On Wed, 2007-10-17 at 21:31 -0400, Jeff Garzik wrote:
    > Robert Han**** wrote:
    > > This doesn't seem a very reliable way to identify an IDE device, as all
    > > that 0 means is that the device does not claim conformance to any
    > > standard. I would think it would be legitimate for an IDE device to put
    > > a value like 5 in there as well, if it complies with SPC-4..

    >
    > Via the this-doesnt-really-matter-but-it-should-be-noted department:
    >
    > According to the latest on t10.org, MMC retroactively permitted SCSI
    > version to be zero, for MMC-compliant USB and ATAPI devices.
    >


    Quoting to the latest MtFuji draft (Section 17.7.1):
    "The ANSI Version field shall contain a non-zero value to comply with
    this version of the Specification for a SCSI logical unit or zero for
    an ATAPI logical unit."


    > > In the case of libata though, that appears to be due to this code in
    > > drivers/ata/libata-scsi.c:
    > >
    > > /* ATAPI devices typically report zero for their SCSI version,
    > > * and sometimes deviate from the spec WRT response data
    > > * format. If SCSI version is reported as zero like normal,
    > > * then we make the following fixups: 1) Fake MMC-5 version,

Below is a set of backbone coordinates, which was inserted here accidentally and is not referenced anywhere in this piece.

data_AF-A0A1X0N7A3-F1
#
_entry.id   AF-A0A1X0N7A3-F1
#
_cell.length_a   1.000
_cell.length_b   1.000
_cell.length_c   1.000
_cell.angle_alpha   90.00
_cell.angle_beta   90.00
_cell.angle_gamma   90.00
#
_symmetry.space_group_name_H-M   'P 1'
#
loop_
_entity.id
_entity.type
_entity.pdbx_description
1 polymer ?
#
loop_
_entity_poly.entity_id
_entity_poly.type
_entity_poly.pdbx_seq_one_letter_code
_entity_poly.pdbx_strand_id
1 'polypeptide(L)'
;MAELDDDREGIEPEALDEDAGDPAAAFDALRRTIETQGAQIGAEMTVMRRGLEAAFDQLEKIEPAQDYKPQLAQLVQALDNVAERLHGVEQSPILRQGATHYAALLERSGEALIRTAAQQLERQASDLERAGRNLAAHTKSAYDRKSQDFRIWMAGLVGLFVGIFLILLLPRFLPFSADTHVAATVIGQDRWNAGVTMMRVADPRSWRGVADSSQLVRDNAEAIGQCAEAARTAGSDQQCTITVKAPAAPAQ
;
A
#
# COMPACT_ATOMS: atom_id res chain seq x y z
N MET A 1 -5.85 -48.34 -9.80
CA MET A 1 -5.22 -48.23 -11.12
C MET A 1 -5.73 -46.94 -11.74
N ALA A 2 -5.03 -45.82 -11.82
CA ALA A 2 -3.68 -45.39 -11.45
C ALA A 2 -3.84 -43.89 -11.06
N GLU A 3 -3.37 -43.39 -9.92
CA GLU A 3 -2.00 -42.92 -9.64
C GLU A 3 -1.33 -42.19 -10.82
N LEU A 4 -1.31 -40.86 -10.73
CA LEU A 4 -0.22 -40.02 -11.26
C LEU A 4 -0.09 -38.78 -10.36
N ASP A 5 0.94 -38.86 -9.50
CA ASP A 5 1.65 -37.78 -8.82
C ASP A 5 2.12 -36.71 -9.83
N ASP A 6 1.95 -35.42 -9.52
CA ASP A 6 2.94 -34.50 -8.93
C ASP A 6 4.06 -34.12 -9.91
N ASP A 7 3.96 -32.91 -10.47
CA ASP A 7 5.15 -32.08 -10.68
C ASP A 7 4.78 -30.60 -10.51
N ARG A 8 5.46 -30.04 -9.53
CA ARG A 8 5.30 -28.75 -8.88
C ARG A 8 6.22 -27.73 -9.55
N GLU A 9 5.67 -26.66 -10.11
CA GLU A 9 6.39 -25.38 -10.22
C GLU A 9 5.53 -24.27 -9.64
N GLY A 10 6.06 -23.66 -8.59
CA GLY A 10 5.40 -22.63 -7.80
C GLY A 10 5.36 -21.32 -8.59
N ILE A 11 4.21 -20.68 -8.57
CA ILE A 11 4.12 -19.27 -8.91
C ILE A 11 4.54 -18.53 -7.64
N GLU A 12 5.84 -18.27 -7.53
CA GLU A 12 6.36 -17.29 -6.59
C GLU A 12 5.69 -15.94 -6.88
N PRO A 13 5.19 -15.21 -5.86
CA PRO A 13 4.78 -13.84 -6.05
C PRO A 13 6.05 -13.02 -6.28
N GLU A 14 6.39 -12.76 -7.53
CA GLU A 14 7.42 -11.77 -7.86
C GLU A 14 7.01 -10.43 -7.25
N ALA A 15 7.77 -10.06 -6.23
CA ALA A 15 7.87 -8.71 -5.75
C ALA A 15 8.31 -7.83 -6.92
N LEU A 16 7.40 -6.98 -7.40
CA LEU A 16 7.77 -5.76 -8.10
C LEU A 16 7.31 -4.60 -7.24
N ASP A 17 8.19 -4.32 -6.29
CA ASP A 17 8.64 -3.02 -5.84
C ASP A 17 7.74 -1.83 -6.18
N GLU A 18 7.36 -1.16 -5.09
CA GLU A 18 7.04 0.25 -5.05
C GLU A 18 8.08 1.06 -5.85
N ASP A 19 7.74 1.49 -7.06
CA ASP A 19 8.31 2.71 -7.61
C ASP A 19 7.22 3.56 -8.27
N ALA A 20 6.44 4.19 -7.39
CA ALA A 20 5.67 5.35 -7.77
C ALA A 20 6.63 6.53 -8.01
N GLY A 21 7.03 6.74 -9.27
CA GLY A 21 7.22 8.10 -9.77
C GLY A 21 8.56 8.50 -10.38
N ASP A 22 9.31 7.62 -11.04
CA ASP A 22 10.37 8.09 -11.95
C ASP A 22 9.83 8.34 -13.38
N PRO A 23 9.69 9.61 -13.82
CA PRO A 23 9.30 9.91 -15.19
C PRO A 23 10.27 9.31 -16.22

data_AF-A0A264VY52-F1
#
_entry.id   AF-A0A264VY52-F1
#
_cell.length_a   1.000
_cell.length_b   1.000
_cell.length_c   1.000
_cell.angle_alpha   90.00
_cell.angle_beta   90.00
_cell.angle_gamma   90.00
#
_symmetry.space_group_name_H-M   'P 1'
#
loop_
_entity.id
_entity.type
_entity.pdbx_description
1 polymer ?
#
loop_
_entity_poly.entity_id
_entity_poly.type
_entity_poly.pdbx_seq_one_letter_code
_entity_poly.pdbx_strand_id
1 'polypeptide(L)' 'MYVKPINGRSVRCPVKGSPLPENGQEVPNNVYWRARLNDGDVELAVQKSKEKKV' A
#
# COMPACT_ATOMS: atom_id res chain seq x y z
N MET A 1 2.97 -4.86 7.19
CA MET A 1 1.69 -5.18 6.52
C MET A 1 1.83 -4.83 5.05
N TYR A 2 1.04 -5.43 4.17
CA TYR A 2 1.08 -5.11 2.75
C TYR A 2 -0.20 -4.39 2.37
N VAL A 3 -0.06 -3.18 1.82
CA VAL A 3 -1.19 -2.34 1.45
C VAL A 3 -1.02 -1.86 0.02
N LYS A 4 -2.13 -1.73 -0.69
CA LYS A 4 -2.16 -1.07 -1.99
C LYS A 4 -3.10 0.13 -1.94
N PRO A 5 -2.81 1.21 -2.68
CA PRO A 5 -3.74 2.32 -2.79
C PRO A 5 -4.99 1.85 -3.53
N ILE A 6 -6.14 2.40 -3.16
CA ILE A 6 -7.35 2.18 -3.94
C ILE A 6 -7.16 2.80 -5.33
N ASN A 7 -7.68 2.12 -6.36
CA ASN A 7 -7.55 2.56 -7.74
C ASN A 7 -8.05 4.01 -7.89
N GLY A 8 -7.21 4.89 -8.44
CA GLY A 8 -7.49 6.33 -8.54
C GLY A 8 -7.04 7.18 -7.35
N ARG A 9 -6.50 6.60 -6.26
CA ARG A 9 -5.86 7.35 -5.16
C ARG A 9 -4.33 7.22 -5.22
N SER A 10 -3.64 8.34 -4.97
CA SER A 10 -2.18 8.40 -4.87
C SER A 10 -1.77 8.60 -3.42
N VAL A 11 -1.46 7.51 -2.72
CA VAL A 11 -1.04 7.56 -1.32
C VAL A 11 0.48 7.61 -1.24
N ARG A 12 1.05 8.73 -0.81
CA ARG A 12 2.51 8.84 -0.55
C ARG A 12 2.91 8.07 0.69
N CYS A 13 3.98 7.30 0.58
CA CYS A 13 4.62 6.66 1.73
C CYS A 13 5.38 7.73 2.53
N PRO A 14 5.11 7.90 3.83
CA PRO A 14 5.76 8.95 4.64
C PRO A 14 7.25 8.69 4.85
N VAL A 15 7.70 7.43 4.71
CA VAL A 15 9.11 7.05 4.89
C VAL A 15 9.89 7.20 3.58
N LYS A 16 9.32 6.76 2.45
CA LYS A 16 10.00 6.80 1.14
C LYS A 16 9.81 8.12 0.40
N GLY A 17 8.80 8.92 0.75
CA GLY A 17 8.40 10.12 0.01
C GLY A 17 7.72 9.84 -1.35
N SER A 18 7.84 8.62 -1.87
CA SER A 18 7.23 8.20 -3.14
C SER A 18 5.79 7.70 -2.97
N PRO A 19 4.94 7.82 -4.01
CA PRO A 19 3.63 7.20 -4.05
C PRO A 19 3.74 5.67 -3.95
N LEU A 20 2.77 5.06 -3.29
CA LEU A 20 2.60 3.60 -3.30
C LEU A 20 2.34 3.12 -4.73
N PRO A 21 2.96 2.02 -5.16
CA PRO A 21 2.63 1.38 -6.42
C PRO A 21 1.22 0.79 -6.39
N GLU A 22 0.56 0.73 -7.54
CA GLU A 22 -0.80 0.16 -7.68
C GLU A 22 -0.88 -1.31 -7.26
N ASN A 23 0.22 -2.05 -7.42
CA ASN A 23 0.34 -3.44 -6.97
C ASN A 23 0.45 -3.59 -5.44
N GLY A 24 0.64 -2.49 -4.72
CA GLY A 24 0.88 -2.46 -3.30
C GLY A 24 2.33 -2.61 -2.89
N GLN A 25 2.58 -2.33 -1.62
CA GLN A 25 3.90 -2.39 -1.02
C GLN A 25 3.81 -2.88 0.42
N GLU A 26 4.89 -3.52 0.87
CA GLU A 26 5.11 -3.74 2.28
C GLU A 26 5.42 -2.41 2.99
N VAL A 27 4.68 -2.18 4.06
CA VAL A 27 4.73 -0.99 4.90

> > * to indicate to the Linux scsi midlayer this is a modern
    > > * device. 2) Ensure response data format / ATAPI information
    > > * are always correct.
    > > */
    > > if (buf[2] == 0) {
    > > buf[2] = 0x5;
    > > buf[3] = 0x32;
    > > }
    > >


    This explain a lot... But (Sorry I am not a scsi mid-layer expert) why
    faking what the device outputs?

    >From the application side, every device is then saw as real SCSI

    devices. So from the developer point of view, this is really bad as
    afterwards you have no way to optimize your code regarding the original
    hardware architecture.


    Mathieu

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  4. Re: Inquiry data and emulated SG devices

    Mathieu Fluhr wrote:
    > On Wed, 2007-10-17 at 21:31 -0400, Jeff Garzik wrote:
    >> Robert Han**** wrote:
    >>> This doesn't seem a very reliable way to identify an IDE device, as all
    >>> that 0 means is that the device does not claim conformance to any
    >>> standard. I would think it would be legitimate for an IDE device to put
    >>> a value like 5 in there as well, if it complies with SPC-4..

    >> Via the this-doesnt-really-matter-but-it-should-be-noted department:
    >>
    >> According to the latest on t10.org, MMC retroactively permitted SCSI
    >> version to be zero, for MMC-compliant USB and ATAPI devices.
    >>

    >
    > Quoting to the latest MtFuji draft (Section 17.7.1):
    > "The ANSI Version field shall contain a non-zero value to comply with
    > this version of the Specification for a SCSI logical unit or zero for
    > an ATAPI logical unit."
    >
    >